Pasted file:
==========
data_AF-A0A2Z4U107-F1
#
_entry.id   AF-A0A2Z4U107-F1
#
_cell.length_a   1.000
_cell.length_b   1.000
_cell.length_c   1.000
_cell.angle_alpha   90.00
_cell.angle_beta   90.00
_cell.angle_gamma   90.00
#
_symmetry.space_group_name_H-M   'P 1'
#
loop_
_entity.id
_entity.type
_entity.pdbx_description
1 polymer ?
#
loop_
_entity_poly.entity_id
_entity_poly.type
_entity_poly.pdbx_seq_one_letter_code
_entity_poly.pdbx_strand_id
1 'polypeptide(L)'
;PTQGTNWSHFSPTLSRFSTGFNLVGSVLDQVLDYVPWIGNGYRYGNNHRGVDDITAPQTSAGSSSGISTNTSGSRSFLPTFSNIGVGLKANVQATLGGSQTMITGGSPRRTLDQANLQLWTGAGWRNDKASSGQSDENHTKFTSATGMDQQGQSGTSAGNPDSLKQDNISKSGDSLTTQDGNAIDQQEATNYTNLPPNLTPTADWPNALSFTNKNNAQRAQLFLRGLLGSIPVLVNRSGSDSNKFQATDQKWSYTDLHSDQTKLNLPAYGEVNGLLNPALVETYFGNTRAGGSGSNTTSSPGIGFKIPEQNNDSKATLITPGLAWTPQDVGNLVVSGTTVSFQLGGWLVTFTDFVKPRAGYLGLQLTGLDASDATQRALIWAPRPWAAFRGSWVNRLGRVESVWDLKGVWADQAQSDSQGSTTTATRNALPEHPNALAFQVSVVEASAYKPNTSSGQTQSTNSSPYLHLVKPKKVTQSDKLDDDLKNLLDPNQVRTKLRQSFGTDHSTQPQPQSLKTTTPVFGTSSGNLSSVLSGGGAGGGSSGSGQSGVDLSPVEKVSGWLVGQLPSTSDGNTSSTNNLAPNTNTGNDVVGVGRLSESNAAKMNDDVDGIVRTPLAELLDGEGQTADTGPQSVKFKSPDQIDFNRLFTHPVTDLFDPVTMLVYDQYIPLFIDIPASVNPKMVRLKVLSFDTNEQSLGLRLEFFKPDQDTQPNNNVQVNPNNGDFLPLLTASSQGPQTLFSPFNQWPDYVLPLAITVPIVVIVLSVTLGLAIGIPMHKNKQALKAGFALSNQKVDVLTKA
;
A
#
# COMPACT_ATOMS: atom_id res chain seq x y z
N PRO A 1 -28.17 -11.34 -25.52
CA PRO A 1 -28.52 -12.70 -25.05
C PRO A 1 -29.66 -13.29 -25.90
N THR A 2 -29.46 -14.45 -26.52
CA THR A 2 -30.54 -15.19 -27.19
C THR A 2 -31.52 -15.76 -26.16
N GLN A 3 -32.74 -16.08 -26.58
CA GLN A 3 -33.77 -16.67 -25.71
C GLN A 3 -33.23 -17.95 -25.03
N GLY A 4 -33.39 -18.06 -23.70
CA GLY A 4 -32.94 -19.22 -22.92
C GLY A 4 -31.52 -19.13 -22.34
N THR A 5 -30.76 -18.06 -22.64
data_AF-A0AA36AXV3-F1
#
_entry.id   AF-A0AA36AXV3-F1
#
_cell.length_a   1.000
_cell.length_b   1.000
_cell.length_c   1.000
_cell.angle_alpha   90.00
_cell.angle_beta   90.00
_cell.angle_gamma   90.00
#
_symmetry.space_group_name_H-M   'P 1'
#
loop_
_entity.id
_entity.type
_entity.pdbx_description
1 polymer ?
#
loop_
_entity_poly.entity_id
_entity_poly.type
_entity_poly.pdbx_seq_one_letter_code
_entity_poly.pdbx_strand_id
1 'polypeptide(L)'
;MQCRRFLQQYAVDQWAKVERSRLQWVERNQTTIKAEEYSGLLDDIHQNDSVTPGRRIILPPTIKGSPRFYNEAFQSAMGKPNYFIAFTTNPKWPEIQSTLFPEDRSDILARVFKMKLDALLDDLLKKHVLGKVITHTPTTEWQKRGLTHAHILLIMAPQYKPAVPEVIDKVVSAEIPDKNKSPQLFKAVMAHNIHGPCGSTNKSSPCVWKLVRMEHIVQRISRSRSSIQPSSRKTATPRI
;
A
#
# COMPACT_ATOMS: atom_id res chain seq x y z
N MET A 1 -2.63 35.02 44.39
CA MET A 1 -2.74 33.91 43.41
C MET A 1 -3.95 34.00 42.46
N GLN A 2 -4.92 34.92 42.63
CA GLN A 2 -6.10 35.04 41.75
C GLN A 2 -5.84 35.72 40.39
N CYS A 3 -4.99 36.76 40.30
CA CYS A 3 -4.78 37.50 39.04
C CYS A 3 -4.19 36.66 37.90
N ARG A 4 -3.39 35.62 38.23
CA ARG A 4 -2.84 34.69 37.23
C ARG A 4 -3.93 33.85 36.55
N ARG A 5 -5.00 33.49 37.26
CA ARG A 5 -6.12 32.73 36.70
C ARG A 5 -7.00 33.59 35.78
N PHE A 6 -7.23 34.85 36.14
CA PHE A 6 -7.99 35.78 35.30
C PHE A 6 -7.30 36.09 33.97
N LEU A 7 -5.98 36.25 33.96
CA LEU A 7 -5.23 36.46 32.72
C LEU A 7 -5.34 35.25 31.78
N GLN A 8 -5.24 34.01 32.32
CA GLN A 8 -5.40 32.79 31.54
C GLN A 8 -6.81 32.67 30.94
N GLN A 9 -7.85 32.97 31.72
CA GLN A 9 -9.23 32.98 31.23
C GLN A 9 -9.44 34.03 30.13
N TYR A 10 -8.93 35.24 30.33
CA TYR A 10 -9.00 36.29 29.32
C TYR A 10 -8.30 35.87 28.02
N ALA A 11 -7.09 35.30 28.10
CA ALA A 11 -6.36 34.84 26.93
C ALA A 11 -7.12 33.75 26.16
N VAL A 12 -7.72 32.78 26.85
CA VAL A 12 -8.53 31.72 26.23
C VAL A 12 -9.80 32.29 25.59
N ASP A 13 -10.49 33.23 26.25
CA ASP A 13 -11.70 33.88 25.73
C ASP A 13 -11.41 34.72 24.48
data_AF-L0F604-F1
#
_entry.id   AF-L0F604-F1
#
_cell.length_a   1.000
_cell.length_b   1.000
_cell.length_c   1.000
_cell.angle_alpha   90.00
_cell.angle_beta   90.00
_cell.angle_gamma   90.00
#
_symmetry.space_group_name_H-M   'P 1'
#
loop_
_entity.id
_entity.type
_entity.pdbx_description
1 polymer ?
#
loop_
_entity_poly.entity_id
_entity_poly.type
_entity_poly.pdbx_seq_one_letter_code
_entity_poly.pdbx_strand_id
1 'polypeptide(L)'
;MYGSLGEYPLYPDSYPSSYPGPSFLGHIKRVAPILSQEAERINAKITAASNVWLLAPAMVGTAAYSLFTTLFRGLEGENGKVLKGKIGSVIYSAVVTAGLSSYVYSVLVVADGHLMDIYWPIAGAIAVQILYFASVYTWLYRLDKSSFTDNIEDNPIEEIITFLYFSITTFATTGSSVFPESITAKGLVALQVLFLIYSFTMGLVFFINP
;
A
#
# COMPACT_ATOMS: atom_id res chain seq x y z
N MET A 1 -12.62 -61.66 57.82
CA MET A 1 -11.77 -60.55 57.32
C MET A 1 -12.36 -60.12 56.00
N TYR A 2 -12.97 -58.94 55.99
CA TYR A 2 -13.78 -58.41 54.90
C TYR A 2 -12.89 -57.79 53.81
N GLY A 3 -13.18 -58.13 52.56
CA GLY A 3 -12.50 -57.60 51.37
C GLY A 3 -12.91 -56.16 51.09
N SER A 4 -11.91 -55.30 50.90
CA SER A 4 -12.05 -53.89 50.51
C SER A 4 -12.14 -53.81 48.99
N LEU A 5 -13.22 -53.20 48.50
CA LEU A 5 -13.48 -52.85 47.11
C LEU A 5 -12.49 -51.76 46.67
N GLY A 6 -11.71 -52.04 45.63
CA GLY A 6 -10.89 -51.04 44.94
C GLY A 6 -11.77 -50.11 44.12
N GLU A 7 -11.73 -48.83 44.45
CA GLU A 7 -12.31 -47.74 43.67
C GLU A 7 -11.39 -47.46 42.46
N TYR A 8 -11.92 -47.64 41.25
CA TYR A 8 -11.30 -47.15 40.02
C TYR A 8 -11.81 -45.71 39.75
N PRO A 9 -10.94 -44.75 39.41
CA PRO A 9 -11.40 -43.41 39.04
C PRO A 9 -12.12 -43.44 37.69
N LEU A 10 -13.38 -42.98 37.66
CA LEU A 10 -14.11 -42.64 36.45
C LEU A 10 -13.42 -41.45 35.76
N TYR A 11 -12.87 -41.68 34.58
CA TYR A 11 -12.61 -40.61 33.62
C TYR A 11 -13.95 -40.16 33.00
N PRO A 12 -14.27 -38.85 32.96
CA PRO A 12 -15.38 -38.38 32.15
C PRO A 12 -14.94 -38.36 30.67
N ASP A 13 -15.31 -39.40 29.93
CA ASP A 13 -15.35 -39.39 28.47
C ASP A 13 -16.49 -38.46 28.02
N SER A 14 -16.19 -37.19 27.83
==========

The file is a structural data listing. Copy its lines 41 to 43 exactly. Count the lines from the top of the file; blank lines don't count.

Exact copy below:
CA GLY A 4 -32.94 -19.22 -22.92
C GLY A 4 -31.52 -19.13 -22.34
N THR A 5 -30.76 -18.06 -22.64